“I’m glad I did it as it was a chance to do something I was scared of but I had no desire to do it again.
“I actually broke my pelvis on jump 23. The instructor thought I’d just twisted something and they got me in my car and let me drive home. When I got there, though, it was so painful I couldn’t get out.”
Janet reckons a large part of the show’s enduring success is knowing its audience.
“If you’re watching as a nine-year-old it’s only ever talking to you. With all the attention from appreciation societies and universities it would have been very tempting to give it an adult twist, but it’s never done that.
“That’s one of the reasons it’s still here 60 years on. It’s deeply loved and has a place in people’s hearts.”
Peter Purves is particularly sad that one former presenter will not be with him in Edinburgh – his friend and former co-presenter John Noakes, who died last year.
Peter says he still finds it hard without his long-time pal with whom he shared a sofa on the programme for so long.
Noakes, known for his daredevil stunts and “get down Shep” catchphrase, lost a long battle with Alzheimer’s in May 2017.
“I miss him a lot, I did the eulogy at his funeral,” said Peter, now 79.
“I was very fond of Johnny. We had a great rapport almost from day one and did quite a few things together after Blue Peter.
“We did pantomimes for about eight years. We felt telepathic with each other, I knew what he was going to say before he said it.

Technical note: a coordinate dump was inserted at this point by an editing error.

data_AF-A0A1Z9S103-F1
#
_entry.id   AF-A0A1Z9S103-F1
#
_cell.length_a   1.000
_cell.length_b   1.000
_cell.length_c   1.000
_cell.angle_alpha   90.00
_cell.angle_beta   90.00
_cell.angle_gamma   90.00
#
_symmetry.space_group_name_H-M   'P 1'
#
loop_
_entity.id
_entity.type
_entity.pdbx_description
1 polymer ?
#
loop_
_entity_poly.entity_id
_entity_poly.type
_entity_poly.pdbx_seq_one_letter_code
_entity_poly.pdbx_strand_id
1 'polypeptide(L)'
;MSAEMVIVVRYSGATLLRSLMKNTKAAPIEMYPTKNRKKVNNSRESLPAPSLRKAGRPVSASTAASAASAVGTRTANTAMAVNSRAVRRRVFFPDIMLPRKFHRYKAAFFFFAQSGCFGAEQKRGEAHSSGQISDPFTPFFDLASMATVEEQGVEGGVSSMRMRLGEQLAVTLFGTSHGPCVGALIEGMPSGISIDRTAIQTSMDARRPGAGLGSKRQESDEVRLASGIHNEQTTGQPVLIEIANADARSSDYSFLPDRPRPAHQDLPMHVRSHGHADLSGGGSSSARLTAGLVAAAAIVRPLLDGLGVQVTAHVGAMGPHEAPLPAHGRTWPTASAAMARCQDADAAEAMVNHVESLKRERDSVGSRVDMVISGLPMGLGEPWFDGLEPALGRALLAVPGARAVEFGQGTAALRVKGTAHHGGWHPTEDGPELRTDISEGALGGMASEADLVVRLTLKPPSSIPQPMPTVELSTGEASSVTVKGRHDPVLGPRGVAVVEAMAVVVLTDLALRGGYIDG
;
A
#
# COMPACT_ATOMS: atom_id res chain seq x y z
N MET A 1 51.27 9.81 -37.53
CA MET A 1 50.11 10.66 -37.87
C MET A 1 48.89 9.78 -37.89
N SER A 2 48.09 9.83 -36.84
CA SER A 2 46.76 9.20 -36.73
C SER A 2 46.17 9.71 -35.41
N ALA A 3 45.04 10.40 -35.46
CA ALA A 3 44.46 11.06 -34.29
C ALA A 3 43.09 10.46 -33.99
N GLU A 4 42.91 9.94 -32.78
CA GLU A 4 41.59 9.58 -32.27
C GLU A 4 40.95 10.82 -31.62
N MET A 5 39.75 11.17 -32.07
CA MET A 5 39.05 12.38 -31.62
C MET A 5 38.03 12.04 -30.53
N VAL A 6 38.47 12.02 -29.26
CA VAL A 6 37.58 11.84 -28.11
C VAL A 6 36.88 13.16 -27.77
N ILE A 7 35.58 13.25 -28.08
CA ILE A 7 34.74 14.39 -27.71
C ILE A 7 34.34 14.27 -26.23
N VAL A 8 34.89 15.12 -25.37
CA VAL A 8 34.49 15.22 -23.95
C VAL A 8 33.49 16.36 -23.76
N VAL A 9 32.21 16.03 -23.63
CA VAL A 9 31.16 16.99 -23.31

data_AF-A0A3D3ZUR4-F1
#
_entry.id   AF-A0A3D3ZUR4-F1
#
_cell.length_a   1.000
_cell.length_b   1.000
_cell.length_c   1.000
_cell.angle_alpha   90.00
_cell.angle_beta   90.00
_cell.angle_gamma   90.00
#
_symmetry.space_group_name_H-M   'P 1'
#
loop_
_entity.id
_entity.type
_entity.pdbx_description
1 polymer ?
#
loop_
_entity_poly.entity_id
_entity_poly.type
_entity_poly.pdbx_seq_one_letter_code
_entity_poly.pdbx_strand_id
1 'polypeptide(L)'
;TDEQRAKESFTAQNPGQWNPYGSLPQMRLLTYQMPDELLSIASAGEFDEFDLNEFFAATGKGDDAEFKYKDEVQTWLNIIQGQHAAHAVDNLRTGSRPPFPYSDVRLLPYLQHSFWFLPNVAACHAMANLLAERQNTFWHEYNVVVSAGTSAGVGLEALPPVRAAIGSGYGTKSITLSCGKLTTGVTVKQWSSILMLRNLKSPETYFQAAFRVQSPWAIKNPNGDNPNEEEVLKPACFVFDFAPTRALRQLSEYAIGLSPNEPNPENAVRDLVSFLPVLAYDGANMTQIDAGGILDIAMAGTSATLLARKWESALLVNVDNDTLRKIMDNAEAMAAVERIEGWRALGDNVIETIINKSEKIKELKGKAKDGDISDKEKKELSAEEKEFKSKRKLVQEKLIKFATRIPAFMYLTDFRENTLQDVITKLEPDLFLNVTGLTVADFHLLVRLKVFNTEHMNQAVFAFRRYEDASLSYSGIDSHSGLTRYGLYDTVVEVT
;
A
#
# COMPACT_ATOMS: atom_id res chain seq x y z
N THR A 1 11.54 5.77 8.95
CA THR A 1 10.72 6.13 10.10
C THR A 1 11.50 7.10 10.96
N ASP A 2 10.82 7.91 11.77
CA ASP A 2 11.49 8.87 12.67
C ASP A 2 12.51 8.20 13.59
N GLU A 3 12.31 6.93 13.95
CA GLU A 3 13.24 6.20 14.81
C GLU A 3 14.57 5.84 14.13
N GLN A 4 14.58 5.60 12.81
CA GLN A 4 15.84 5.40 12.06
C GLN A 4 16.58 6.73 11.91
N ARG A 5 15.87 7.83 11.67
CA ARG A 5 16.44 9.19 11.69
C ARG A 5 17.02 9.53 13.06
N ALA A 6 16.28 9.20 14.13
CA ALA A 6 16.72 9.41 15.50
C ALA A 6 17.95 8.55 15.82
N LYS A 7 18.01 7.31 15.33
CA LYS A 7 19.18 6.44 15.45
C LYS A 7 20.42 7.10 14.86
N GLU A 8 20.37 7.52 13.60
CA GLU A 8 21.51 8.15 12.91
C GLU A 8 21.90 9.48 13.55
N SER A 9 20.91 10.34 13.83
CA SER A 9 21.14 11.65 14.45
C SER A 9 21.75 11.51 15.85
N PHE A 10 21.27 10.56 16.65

“He was always looking for a gag. He was a good friend and I spent some time with him when he moved out to Majorca.
“He was a different man away from the cameras. He created the John Noakes character on screen. It was an extension of himself, but he wasn’t as scatty as he often appeared and he was much less confident.
“He was a lovely guy with a great sense of humour and that’s what I still miss.
“It will be a very fitting tribute to him and the show is very respectful of the programme without pulling any punches.”
Peter has very clear memories of Edinburgh, having scaled the Forth Road Bridge suspension cables for the programme. In keeping with the times, he wasn’t wearing safely harnesses, much like Noakes when he famously scaled 170-ft high Nelson’s Column on wooden ladders lashed together with rope.
“I wasn’t asked to do it,” said Peter. “I’d probably have said yes and then maybe chickened out when I got there.
“Most of the daredevil stuff was given to John and I was left with the more serious stuff, which didn’t bother me. Occasionally I did some things like rock climbing in the Lake District with Chris Bonnington, but it was pretty much horses for courses.
“Nelson’s was seriously scary. We had no idea what was involved until he came back and then we saw the film which was absolutely terrifying.”
The line-up of Peter, John and Val Singleton is still hailed by youngsters of the time as the show’s golden era.
Peter was with the show from 1967 to 1978, having already been a familiar face as Doctor Who companion Steven Taylor. He moved on to several of his own shows, presented Crufts and still does Doctor Who work today.